The sophomoric government shutdown offers the American public an illusion. Sadly, many people are tweeting or uttering statements like "there is no impact of the shutdown" or "so what?" This is because many federal workers are working without pay so that you don't notice anything.
The National Hockey League team in Tampa Bay is called the Lightning for good reason. Central Florida has long been the lightning capital of the United States, and 2018 was no different (sort of).
This week a government shutdown continues to hamper lives of civil servants and the American public. According to Time magazine, the cost of the shutdown is likely to exceed the $5 billion been sought for a border wall.
This past July, the U.S. Department of Energy announced $10 million in funding for 13 projects aimed at further enhancing one of the world’s most sophisticated computer models for understanding weather and climate patterns.
I am an "old school" college football fan so often complain about the sheer number of Bowl games these days. There is virtually one named after all of my snacks or home services. However, the system "is what it is" as they say so I deal with it and watch them.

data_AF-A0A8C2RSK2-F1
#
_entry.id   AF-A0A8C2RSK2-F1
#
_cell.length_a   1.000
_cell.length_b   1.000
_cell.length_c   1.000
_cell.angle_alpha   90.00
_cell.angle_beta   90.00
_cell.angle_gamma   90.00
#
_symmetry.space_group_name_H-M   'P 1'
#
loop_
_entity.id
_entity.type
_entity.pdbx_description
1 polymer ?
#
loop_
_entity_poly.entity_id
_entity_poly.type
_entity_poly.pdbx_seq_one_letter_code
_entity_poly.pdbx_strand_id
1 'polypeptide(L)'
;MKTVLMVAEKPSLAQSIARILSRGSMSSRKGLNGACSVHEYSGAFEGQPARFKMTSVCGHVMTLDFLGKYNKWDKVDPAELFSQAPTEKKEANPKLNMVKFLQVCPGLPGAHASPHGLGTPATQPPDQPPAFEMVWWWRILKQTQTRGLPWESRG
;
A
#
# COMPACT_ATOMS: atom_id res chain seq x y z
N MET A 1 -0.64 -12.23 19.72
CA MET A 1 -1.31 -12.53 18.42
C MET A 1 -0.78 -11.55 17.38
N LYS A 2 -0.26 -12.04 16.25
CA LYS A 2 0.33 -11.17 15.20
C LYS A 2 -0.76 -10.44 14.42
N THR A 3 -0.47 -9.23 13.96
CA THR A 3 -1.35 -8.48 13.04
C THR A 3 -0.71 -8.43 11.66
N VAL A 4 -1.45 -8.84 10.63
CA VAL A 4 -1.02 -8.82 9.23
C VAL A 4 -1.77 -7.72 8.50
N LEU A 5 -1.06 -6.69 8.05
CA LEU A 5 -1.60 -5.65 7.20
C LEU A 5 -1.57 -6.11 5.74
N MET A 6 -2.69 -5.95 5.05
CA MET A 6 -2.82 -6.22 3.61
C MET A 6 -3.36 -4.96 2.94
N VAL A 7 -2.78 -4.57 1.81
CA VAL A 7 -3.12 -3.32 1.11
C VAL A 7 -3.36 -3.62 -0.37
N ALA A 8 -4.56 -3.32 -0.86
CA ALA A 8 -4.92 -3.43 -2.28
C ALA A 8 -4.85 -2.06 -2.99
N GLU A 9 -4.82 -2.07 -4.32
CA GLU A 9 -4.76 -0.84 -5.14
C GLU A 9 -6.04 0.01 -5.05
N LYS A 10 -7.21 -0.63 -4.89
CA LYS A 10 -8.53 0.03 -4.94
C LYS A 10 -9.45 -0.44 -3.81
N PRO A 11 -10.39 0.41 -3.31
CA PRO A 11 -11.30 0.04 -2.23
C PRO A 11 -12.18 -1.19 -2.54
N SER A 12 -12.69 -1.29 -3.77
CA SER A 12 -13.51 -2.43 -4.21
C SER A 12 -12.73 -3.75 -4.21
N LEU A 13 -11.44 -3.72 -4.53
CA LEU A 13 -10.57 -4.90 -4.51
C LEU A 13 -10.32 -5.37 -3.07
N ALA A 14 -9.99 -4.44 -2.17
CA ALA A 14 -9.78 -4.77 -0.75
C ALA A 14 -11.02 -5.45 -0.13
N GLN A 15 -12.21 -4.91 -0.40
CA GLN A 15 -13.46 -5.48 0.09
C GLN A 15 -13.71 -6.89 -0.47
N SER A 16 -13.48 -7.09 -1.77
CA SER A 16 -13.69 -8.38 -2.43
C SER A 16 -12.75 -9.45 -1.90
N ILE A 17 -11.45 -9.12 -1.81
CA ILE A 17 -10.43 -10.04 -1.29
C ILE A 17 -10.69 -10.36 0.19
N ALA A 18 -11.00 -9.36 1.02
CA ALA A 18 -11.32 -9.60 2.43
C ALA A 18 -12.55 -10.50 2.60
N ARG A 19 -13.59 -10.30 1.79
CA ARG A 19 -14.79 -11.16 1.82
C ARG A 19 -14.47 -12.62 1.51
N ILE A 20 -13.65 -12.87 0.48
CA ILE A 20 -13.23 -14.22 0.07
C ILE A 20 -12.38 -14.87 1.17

There are some things that just scream "Holidays" - Lines to see Santa at the mall, Menorahs, and family gatherings. In many households, food is a big part of those gatherings. One of the most popular side dishes at many dinners, including my house, is collard greens.
On Wednesday December 18th, an EF-2 rated tornado struck in Port Orchard, Washington near Seattle. The National Weather Service-Seattle tweeted that it was the strongest tornado to hit Washington state since 1986.
Marshall Shepherd, a University of Georgia faculty presenter from TEDxUGA 2018: Connect, was the featured talk on TED.com. In his talk, “3 kinds of bias that shape your worldview,” Shepherd explains how confirmation bi
It this Tweet over the weekend by the National Weather Service-Bay Area did not get your attention then I am not sure what will:
Ok, I am going to go ahead and admit something. I was a research meteorologist for 12 years at NASA Goddard Space Center and served as Deputy Project Scientist for the Global Precipitation Measurement (GPM) Mission. I currently chair NASA's Earth Science Advisory Committee.